Those four or five minutes I spent talking with him have been some of the best minutes in my entire life. There we were: a geeky girl and a very very talented actor, in a room full of people, with time rushing me home, and still he made me feel like nothing else was important. Like the universe had stopped outside our little bubble. Like everything in the history of mankind had happened so that those few minutes could happen. Doug Jones has that quality to make you feel instantly loved. He asked what did I want him to sign, and I picked a photograph of him dressed as Pan, facing Guillermo del Toro. “May be someday you’ll get Guillermo to sign it too” Dougie smiled again. My brain gave a jolt and I remembered my blessed Hellboy 2 notebook. “Could you please sign this? Right above your head …” I asked timidly. “Of course I will!” and so he did.

I got my picture taken with him, he hugged me exquisitely once more and I had to say goodbye to one of the loveliest persons I have met in the 21 years of my life. The person right behind me was my mom (a big fan of Pan and of HB2’s Angel of Death), who got her hand kissed by Dougie and also got a picture and one big hug. We practically ran home. I was already very late, but I couldn’t care less. I had met Doug Jones, THE Doug Jones. The most amazing guy ever. I went to dance that night, and still everything went back to Doug.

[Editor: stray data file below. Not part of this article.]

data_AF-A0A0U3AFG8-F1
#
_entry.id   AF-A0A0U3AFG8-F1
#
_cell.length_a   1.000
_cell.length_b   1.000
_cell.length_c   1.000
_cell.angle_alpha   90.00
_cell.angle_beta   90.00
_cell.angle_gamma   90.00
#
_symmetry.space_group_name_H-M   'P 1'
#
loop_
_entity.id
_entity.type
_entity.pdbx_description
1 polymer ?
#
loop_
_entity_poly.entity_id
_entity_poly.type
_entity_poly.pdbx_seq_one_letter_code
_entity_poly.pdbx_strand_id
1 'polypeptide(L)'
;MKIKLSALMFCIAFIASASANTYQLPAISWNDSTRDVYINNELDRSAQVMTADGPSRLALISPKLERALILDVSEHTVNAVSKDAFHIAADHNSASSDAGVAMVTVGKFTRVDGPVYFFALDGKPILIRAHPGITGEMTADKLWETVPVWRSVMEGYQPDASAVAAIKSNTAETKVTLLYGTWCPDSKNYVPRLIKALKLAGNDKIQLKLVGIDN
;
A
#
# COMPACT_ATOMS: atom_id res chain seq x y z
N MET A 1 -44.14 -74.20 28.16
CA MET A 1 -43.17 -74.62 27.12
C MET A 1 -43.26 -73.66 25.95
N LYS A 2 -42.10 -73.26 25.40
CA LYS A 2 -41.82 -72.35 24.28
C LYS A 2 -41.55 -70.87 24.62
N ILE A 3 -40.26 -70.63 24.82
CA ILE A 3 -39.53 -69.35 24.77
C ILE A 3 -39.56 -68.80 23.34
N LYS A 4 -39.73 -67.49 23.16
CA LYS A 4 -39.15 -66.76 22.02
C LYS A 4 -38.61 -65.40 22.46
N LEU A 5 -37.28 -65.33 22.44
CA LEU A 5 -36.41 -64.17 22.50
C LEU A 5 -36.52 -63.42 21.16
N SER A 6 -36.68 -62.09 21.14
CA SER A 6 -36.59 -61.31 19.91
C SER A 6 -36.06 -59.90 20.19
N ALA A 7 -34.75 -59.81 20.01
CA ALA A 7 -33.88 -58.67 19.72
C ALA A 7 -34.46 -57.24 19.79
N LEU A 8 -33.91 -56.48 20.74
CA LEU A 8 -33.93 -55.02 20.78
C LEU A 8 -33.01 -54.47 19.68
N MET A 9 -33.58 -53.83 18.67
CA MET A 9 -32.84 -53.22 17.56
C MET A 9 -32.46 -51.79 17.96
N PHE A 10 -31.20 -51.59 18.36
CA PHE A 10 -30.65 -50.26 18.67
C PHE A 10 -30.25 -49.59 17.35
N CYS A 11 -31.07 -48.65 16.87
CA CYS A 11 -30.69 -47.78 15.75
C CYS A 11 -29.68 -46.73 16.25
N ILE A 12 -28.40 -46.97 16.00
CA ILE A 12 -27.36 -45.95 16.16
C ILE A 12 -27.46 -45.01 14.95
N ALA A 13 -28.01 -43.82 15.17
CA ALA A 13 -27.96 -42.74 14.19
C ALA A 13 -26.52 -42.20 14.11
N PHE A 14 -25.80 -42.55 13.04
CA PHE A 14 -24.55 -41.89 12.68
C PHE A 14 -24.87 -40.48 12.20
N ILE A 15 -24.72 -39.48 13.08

When I finally got home next afternoon I found some messages from dear Hellmistress telling me that I had been a lot of help in clearing up the scheduling misunderstandings between Doug’s management and the IMJUVE. She said to go to Dougie and introduce myself as Ethne from The Tank, because Dougie had a special bosie waiting for me. She said Dougie was looking forward to meeting me. She said Dougie’s appearance was such a success that they had asked him to go back on Sunday. But it was all too late … it was almost Monday. I wanted to kick myself for not reading all those on time. But then I realized that no matter what, I would always have that hug, and Doug’s sweet words. So I smiled one amazingly big smile, and started writing the articles I needed to get done about that same convention.

Bottomline: not only is Doug Jones a great and immensely talented actor, but he is also a delightful and beautiful human being … he is almost an angel, he’s just missing the wings (which he might be hiding under a prosthetic set of human shoulders).

Marcela Vargas / Ethne
August-November 2009

The Photographs of Marcela Vargas

© 2009 Marcela Vargas. All rights reserved.





© 2009 Cionoticias. All rights reserved.